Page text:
Political Expert Explains Constitutional Amendments to Concerned Citizens

With the November 8th election coming up, citizens are questioning what the constitutional amendments mean.

Local citizens tell us what concerns they have about these amendments.


Local Educator Karen Layton says, “They weren’t very clear on some of them, they had confusing language in some, but you really had to read and re-read to make sure that you voted yes or no whatever your position was.”

Local Reverend Joseph Lotts says, “I really don’t understand a lot of the amendments, but I’m moved when I talk to people that I know that want the same things in life that we want.”


KLAX News Reporter Keisha Swafford gets some explanation from a political expert about what these amendments are about and what public is voting for.

“With Amendment 2 with the property tax, would you explain more for veterans with disabilities?”

President of the Public Affairs Research Council of Louisiana Steven Procopio says, “This is expanding an exemption that disabled veterans already have in this state. Right now, instead of the $75,000 homestead exemption which most people would get, 100 percent disabled veterans get $150,000 homestead exemption. The amendment would move it to a total exemption so they wouldn’t have to pay property taxes for people who are 100 percent disabled and for people who are less disabled, also they are veterans, would get a bigger break than they are getting now.”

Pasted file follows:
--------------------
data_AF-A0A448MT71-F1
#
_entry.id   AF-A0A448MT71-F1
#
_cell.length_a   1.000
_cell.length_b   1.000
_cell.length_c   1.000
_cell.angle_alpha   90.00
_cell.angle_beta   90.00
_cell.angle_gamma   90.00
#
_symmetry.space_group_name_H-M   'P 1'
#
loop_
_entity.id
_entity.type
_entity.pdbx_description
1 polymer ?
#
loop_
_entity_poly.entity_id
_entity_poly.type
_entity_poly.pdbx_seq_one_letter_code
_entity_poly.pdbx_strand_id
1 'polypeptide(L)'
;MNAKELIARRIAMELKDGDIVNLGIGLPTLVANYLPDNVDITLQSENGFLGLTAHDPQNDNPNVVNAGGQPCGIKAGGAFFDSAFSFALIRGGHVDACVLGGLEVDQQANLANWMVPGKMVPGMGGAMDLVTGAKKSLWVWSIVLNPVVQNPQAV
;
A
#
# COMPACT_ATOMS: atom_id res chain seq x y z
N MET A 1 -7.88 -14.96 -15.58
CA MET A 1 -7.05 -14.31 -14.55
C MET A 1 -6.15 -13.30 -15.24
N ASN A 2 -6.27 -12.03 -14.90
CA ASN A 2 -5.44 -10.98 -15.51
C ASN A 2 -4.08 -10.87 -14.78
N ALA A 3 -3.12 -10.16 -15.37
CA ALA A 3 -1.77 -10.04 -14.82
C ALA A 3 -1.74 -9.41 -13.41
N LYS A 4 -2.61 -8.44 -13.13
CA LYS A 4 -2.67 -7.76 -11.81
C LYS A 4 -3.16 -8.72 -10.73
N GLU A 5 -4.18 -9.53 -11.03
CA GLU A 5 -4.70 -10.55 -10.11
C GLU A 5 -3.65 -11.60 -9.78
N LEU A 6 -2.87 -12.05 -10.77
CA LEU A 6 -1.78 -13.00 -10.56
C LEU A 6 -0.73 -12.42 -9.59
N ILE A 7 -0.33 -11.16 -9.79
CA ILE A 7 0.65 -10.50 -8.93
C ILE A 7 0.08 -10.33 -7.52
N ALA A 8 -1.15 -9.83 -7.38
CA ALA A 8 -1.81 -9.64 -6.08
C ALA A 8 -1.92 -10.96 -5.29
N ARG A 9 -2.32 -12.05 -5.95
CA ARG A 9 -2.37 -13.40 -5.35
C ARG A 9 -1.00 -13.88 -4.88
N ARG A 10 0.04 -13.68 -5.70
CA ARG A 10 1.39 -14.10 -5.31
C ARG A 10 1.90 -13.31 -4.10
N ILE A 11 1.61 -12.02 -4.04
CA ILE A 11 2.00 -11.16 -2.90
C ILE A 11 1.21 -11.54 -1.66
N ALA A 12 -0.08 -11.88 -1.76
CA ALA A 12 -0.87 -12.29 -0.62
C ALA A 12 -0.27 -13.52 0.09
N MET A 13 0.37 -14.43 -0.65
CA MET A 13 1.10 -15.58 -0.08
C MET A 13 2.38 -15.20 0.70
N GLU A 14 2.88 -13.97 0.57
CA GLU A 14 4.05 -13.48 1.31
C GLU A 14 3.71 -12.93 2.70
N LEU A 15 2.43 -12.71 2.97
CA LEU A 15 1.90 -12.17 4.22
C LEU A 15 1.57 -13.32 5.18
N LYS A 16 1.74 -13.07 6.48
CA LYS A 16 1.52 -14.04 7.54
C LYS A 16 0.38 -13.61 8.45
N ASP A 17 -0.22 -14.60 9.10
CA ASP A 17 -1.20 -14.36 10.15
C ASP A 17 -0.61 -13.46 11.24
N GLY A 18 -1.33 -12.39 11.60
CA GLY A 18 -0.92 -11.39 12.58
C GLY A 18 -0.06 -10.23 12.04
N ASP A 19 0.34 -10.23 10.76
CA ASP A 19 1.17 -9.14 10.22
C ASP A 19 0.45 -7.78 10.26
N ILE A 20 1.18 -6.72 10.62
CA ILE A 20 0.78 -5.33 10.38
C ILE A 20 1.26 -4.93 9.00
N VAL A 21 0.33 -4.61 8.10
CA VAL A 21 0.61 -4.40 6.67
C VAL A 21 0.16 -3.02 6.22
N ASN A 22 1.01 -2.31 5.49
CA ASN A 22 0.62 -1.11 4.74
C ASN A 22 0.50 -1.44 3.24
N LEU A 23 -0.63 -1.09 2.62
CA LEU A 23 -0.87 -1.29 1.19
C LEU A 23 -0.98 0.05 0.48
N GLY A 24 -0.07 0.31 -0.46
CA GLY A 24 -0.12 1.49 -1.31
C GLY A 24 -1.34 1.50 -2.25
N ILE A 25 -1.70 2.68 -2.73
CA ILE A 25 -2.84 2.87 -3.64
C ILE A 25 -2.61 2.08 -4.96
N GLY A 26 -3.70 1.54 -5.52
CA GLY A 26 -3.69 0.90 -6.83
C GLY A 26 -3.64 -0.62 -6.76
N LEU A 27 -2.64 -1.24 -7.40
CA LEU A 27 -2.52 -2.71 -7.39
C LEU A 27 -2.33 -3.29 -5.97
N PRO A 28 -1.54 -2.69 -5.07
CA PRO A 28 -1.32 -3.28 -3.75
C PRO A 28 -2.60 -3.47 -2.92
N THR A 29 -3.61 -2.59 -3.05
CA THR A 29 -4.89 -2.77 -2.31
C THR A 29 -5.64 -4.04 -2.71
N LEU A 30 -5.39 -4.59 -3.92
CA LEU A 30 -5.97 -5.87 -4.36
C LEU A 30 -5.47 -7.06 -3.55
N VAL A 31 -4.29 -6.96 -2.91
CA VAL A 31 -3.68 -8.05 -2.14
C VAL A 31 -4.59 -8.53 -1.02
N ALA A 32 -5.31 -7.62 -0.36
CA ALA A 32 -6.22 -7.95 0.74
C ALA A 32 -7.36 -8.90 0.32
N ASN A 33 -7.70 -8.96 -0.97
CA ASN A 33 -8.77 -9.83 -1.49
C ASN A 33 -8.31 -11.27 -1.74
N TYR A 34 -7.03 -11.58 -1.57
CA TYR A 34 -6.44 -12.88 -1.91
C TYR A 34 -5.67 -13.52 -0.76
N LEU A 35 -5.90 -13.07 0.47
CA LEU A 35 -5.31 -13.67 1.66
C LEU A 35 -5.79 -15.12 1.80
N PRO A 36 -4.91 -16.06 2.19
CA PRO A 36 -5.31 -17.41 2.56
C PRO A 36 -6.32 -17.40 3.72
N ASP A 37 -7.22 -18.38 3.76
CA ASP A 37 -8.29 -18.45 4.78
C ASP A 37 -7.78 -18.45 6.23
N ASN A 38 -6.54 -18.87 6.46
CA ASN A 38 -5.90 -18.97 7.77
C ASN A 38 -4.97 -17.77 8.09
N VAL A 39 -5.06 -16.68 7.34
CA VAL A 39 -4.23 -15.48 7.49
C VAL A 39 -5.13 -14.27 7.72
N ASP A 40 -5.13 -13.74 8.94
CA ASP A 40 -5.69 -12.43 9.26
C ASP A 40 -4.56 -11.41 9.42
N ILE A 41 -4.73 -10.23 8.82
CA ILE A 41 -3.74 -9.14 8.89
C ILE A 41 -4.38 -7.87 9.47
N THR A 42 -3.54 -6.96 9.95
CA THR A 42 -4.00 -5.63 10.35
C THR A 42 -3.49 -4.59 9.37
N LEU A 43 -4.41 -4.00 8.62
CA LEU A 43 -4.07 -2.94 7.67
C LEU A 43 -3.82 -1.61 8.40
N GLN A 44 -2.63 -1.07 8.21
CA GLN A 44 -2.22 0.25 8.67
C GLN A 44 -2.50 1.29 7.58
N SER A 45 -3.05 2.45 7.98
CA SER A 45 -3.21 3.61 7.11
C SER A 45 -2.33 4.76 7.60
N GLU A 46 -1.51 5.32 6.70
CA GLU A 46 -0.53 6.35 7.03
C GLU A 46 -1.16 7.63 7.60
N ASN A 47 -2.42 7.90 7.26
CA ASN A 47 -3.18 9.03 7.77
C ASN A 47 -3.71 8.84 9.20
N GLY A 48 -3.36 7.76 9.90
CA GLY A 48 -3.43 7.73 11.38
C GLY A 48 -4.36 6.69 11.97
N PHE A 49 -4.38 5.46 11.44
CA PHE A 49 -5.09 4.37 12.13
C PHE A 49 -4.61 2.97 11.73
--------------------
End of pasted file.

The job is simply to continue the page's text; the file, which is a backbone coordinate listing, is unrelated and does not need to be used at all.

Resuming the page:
Local Citizen Ronnie Mayeaux says, “The amendments are critical but really understanding them is tough. The lawmakers should be required to write it in a language that most people would understand.”


KLAX News Reporter Keisha Swafford says, “For Amendment 3, there’s political activity, if someone is in office, can you support them?”

President of the Public Affairs Research Council of Louisiana Steven Procopio says, “We have set up the civil service system that’s supposed to act as a buffer between political influence and the infatuation of government and this could undermine that.”


Local Educator Karen Layton says, “If you don’t tell anybody or you don’t explain them enough and you just put them on a ballot, people are not going to vote for them or they’re not going to understand them, and they may indeed vote for the wrong thing.”


Steven Procopio says citizens need to educate themselves on all 8 amendments before they vote.

For a full guide on the Constitutional Amendments, visit parlouisiana.org.